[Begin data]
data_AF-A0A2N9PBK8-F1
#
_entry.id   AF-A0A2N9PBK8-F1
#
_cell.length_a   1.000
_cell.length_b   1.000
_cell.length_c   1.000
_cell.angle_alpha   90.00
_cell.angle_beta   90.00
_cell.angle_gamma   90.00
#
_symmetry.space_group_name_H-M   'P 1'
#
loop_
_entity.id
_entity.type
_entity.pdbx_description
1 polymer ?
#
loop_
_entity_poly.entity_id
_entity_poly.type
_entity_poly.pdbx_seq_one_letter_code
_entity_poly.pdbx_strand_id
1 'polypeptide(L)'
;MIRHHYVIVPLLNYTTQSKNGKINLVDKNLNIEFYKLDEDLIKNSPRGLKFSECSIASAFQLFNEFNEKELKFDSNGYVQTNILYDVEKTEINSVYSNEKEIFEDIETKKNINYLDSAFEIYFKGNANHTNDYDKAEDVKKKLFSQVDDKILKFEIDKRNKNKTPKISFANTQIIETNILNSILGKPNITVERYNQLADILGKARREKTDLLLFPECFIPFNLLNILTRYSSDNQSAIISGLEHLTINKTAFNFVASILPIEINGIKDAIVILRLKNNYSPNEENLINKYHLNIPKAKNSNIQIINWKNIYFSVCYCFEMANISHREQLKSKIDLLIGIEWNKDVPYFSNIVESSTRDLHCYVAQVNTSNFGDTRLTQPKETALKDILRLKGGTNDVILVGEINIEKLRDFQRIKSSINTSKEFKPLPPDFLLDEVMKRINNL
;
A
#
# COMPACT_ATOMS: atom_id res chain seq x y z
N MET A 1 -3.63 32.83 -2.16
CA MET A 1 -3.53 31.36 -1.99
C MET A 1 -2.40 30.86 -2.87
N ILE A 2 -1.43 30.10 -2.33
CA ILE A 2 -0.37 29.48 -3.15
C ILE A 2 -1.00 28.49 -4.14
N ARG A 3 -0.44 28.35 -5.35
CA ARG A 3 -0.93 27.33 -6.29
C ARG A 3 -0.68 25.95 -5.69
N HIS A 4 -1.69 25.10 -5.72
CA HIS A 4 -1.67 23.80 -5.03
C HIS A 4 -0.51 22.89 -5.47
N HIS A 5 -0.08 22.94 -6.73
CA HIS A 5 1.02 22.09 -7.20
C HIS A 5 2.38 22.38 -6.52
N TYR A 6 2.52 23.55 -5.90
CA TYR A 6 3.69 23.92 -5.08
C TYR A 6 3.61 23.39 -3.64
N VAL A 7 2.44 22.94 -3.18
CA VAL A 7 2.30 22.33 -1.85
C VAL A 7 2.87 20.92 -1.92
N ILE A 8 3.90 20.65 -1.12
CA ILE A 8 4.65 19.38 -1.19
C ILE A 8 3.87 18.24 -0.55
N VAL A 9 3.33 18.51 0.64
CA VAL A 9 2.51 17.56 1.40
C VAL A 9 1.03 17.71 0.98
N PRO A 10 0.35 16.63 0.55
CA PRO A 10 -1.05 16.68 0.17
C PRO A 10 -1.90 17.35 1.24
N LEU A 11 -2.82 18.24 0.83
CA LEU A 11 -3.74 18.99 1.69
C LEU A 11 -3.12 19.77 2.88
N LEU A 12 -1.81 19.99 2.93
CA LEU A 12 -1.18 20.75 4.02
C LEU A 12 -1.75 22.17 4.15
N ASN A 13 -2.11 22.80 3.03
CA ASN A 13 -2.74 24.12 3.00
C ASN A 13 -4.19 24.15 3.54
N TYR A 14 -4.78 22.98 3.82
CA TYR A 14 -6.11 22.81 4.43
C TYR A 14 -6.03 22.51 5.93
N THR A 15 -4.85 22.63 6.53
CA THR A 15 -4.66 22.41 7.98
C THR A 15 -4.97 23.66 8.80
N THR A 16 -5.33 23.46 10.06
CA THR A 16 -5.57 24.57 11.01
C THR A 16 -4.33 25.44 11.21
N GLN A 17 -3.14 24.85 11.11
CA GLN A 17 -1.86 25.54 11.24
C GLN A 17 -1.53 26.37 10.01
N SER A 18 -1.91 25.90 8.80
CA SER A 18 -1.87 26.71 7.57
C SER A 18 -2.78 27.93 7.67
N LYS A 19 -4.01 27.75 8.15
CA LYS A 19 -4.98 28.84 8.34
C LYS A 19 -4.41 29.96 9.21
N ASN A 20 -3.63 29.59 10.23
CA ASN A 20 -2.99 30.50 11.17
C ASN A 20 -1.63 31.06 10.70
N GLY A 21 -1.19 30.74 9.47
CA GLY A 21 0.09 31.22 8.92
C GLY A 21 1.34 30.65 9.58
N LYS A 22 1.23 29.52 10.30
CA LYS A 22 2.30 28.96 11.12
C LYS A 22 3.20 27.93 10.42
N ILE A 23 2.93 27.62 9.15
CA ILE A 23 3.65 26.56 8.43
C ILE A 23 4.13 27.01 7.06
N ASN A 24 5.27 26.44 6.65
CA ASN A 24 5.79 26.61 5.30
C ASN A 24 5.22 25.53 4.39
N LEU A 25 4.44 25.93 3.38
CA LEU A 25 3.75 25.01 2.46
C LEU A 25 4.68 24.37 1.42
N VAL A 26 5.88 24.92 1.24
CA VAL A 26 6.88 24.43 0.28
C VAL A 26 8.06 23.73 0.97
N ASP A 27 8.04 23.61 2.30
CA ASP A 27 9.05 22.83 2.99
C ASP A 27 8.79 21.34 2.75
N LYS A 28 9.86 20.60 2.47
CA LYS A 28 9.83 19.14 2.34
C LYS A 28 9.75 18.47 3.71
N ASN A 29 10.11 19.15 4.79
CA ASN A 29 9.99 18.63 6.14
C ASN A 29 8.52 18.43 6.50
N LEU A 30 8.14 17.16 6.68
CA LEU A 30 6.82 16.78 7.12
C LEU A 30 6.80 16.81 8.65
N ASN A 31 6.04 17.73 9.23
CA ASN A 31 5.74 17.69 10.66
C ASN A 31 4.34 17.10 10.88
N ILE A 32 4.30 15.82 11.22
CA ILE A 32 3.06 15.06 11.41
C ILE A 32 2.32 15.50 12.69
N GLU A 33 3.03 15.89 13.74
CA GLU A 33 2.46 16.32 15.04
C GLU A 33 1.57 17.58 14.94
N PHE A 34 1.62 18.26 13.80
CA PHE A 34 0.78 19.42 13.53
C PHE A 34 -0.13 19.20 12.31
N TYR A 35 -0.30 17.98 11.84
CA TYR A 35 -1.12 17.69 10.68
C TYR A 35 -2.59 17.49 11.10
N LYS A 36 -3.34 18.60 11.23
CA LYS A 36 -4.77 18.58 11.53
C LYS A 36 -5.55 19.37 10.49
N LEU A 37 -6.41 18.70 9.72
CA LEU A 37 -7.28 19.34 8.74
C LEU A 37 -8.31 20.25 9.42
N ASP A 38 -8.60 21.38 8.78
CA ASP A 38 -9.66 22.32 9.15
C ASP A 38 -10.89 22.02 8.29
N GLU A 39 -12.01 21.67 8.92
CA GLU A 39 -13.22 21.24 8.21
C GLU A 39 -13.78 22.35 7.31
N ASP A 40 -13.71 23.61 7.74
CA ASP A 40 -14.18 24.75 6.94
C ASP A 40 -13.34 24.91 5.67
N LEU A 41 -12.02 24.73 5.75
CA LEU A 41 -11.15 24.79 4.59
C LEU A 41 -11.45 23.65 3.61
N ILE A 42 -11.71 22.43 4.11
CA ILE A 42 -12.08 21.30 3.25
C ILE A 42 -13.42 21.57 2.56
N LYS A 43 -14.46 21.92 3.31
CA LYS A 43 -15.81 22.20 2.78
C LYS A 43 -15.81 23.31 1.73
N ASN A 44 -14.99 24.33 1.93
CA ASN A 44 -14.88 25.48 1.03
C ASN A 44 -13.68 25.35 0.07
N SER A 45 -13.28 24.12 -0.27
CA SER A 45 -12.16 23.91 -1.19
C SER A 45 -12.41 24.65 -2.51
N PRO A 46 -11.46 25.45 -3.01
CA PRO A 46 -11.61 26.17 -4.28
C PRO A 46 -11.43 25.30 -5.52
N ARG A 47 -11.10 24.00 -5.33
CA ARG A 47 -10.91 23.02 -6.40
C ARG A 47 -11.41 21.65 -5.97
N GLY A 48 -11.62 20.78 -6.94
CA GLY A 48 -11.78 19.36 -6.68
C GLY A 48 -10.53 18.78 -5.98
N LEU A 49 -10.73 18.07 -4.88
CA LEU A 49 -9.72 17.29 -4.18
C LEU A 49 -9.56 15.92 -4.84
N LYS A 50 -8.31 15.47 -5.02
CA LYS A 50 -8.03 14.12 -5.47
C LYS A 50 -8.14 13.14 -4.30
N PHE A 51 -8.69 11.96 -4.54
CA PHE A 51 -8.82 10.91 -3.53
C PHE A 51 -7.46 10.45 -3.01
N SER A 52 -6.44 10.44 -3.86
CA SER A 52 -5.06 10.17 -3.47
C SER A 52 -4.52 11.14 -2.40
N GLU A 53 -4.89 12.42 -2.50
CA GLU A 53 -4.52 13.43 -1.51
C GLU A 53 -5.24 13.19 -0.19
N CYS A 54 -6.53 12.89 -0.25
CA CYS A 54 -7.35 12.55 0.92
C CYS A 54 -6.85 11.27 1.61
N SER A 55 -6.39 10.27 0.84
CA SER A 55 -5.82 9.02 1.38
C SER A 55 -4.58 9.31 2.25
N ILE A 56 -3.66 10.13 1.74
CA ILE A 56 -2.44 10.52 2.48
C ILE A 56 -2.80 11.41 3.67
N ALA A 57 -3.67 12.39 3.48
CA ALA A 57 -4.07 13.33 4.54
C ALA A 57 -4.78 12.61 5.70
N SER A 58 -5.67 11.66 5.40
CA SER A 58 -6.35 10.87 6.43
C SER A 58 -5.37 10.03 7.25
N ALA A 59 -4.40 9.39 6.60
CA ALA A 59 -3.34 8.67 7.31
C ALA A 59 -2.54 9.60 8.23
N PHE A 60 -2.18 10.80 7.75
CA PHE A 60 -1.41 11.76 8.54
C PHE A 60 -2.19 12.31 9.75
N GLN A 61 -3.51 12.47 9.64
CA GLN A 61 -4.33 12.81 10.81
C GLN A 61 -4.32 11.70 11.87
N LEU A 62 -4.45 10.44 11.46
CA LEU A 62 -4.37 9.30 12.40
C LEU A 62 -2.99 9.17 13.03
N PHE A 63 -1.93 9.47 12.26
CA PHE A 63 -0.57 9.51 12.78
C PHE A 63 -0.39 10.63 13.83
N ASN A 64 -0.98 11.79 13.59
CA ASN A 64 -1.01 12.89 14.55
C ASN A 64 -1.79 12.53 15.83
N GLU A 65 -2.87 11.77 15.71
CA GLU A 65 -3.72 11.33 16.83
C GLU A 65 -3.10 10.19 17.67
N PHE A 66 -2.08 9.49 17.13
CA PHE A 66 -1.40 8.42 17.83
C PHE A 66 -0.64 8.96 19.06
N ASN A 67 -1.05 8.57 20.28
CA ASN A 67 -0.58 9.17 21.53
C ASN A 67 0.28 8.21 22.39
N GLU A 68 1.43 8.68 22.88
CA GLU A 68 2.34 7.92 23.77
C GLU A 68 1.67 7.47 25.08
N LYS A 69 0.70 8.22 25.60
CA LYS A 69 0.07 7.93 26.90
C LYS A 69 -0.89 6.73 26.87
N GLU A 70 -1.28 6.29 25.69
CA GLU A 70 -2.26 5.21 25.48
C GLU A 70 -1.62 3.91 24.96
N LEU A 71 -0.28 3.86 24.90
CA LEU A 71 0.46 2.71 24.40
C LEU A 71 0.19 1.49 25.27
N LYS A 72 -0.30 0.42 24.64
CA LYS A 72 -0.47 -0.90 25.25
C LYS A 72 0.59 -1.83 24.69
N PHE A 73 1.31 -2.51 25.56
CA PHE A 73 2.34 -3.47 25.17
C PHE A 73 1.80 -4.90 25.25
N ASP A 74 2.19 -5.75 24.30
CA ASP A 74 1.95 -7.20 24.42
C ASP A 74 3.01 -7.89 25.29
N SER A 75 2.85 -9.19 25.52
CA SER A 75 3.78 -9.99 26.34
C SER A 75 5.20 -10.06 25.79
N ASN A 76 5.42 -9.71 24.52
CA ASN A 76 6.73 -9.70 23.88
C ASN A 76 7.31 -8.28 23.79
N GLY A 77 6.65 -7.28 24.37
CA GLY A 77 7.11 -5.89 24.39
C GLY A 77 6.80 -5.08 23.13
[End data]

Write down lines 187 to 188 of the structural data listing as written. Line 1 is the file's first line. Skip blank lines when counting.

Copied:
N GLU A 53 -4.89 12.42 -2.50
CA GLU A 53 -4.52 13.43 -1.51